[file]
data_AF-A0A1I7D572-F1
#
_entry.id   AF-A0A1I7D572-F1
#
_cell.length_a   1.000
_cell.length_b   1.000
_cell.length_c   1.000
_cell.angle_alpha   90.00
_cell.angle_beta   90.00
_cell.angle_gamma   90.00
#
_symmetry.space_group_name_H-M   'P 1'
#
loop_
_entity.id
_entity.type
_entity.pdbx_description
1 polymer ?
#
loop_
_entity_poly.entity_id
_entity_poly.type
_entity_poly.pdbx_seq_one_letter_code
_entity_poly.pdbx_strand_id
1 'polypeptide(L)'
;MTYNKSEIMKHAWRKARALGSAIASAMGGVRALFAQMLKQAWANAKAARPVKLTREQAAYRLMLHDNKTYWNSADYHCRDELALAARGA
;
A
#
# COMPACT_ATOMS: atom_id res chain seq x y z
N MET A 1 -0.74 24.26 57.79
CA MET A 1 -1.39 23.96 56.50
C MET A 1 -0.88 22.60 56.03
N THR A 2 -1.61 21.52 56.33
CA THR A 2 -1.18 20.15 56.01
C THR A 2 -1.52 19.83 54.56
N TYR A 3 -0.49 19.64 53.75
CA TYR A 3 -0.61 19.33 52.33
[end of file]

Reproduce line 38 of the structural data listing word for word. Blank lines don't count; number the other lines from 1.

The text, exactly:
CA TYR A 3 -0.61 19.33 52.33